This article is the first in a seven-part cloud automation series that
will guide you through the build process for a simple web service. This big how-to uses Ubuntu 14.04 LTS, Amazon Web Services (AWS) Command Line Interface (CLI), cloud-init, and Puppet to deliver
an Apache server.

If you’re into DevOps, this tutorial is about the “Ops” bit; building this system is all about infrastructure, OS, and application
configuration. It’s not the “Dev” bit of object-oriented coding, unit tests, and
continuous integration.

The architecture

The architecture is straightforward:

  • one Apache server on one machine, and
  • one Puppet server on another machine.

I didn’t include any High Availability (HA) infrastructure, auto-scaling, or developer tools–I’m not even adding other LAMP components.

The technical stack is simple:

  • AWS provided the foundation I build on. I let AWS
    take care of the hardware, networking, and virtualization layers.
  • The next layer is the operating system. I use a
    free OS from Ubuntu.
  • Applications go on top. Apache and its
    supporting packages (binaries, libraries, and SSL certificate) come from the
    Ubuntu repositories.

The build process

The process is broken down into these steps.

  1. Design the cloud technology stack
  2. Install the new AWS CLI toolkit 
  3. Choose an AWS region 
  4. Add AWS security groups
  5. Work with cloud-init
  6. Create the Puppet master
  7. Create the Puppet agent

One Amazon EC2 machine hosts the Puppet master, and a second machine
hosts Apache. I’m going to use cloud-init to create a Puppet master service.
The Apache build happens automatically–the Puppet master installs it. The
Apache machine is a puppet controlled by the puppet master (how creepy does
that sound?).

Why complicate things
with cloud-init and Puppet?

Why build two machines when one will do? And why add in
configuration management technologies you can do without?

Manually building one machine is easier than getting your
head around cloud-init and a Puppet server. If you have built a few LAMP
servers in your time, you know how streamlined this process has become over the
years. Run through these steps, and you’re done.

  1. Pick the right AMI.
  2. Rent an EC2 machine.
  3. Log in.
  4. Run one command – apt-get install apache.

It’s easy work, but it’s manual work–it’s not making
the most of the cloud. The cloud opens up new possibilities that we did not have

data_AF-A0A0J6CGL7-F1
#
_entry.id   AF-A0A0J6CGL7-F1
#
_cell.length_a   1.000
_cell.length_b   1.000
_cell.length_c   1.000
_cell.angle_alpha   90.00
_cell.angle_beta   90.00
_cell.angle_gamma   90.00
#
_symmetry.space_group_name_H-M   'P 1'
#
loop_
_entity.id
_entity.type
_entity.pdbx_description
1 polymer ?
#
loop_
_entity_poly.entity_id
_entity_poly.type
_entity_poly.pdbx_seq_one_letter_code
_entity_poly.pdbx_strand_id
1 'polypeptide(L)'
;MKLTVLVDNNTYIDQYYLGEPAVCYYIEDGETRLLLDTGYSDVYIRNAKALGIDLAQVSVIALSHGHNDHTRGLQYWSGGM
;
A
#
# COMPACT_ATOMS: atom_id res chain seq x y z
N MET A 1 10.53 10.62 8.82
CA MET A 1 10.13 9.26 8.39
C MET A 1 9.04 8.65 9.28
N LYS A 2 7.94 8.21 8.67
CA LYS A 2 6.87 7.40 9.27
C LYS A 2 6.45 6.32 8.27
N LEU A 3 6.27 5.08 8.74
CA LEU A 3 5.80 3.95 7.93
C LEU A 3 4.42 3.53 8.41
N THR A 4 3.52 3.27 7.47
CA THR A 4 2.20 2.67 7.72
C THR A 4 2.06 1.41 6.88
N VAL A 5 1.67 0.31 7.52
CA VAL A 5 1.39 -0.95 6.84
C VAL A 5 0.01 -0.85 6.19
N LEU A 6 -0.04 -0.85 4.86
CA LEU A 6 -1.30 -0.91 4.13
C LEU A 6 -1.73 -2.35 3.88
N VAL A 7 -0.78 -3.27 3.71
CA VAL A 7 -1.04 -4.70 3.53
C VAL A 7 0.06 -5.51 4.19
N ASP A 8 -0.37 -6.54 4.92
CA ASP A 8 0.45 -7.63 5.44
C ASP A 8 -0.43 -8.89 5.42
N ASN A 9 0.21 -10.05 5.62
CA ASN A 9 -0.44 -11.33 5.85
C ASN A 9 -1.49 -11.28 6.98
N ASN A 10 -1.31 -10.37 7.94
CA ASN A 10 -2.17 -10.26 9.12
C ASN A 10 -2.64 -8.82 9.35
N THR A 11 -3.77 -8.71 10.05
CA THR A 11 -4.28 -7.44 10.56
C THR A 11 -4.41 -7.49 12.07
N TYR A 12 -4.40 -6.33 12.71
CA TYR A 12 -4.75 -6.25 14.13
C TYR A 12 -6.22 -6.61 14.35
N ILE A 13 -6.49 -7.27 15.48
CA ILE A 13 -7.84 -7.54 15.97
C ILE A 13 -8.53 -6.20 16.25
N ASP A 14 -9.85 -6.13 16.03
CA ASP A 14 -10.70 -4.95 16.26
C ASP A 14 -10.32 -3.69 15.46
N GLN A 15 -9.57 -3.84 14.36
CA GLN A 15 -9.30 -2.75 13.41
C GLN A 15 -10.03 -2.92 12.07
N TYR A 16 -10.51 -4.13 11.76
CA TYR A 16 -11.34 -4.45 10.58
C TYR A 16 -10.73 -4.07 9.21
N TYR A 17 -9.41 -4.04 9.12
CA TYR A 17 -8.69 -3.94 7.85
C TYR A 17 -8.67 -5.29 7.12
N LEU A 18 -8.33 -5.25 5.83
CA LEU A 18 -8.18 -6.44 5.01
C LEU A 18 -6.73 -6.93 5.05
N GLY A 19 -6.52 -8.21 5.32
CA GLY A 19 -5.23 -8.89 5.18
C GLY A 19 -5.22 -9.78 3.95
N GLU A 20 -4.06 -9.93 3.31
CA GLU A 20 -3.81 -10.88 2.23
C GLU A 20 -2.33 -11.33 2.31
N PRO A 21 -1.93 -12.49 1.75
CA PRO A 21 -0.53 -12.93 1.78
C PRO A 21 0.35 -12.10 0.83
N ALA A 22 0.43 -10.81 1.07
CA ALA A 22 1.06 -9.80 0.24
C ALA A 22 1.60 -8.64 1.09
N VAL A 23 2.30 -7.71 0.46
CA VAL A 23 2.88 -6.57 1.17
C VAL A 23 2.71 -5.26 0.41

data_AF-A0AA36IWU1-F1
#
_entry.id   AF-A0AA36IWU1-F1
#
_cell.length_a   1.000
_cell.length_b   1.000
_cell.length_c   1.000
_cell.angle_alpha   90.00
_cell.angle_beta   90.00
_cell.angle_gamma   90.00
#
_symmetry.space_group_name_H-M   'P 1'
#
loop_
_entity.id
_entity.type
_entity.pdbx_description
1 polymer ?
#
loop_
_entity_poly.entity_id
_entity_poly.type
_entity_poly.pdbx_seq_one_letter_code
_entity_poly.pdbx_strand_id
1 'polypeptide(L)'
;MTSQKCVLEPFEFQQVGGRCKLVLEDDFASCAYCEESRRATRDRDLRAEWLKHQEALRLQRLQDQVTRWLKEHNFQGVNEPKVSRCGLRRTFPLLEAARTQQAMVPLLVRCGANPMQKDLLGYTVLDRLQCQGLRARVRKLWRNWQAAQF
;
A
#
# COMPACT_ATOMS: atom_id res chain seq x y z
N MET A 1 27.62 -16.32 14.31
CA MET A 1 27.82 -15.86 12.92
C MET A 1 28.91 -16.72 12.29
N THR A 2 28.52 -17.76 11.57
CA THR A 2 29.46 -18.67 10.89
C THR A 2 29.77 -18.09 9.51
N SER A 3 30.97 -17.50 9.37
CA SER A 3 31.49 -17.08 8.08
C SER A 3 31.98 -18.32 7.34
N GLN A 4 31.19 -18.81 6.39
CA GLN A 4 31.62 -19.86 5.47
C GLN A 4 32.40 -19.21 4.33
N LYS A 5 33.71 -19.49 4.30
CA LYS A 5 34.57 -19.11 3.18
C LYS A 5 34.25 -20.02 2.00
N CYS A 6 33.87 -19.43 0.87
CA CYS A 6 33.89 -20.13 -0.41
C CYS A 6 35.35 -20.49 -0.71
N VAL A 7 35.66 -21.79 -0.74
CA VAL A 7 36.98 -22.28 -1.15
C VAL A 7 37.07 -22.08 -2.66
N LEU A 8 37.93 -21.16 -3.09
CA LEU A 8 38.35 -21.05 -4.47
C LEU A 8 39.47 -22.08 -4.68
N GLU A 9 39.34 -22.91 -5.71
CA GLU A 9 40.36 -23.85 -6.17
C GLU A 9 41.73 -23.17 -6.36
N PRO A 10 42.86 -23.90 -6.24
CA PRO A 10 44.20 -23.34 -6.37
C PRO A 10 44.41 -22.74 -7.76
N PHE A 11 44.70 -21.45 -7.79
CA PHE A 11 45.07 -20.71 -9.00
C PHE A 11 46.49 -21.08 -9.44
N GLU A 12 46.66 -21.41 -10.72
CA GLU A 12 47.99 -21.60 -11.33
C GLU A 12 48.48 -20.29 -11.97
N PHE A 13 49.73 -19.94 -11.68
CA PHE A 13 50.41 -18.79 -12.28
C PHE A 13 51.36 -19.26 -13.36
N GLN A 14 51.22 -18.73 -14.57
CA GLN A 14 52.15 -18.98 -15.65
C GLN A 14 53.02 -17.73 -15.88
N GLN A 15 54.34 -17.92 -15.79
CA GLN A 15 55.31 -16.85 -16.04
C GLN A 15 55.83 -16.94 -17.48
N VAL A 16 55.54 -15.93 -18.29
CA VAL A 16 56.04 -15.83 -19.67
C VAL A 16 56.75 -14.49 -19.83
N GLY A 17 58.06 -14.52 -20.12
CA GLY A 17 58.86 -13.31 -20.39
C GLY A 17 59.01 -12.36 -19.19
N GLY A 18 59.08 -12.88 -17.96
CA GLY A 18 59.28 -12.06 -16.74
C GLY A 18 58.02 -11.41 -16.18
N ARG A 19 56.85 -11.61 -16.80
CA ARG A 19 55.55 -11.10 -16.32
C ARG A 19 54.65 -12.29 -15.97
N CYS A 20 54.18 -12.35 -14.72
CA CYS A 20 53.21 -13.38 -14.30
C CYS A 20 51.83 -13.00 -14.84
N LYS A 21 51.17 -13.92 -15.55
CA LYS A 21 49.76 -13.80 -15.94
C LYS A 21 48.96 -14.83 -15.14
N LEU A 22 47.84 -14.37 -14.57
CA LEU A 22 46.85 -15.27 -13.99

on-premise: the power to automatically build customer services,
automatically configure them, and
scale them to fit demand. These configuration management tools are part of
making that happen.

The benefit of doing the complicated work now is that it reduces how much pain you might feel in the future. All customer services change over time. The more
automation you can add, the more time you can spend sweating the big stuff and
the quicker you can adapt to change.

Also, many enterprises want to move test, dev, and batch
services to AWS. It doesn’t hurt to be the guy with the skills to make that
happen.

It might sound
simple, but it requires a lot of work

This way of working isn’t a time saver. I still have to
manually build the Puppet master using esoteric cloud technology so, in fact,
it’s harder work. The advantage comes later, when my Puppet master controls
many puppets, providing many customer services.

I make this system using AWS tools and a bunch of building
blocks: EC2 machines, security groups, a keypair, cloud-config, and a Puppet
manifest. You’re going to see a fair number of labels with the prefix “p-” (an
abbreviation of “Puppet-related kinda thing”) on all these new things.

More AWS how-tos

AWS auto-scaling

  1. Getting to know Amazon’s auto-scaling command line tools
  2. Auto-scaling an EC2 service: Creating a new AMI
  3. Installing and checking Amazon Auto Scaling and CloudWatch tools
  4. Add an auto-scaling group and policy for Amazon EC2 machines
  5. How to add Cloudwatch monitors to auto-scale your Amazon Web Service
  6. AWS auto-scaling: Add notification and test to see what happens

AWS CloudFormation

  1. How to be a SaaS vendor on a shoestring with Amazon Web Services
  2. First steps to SaaS with AWS CloudFormation templates
  3. Use AWS CloudFormation to create a highly available cluster
  4. Anatomy of an AWS CloudFormation template
  5. Modifying AWS CloudFormation templates: Polish your code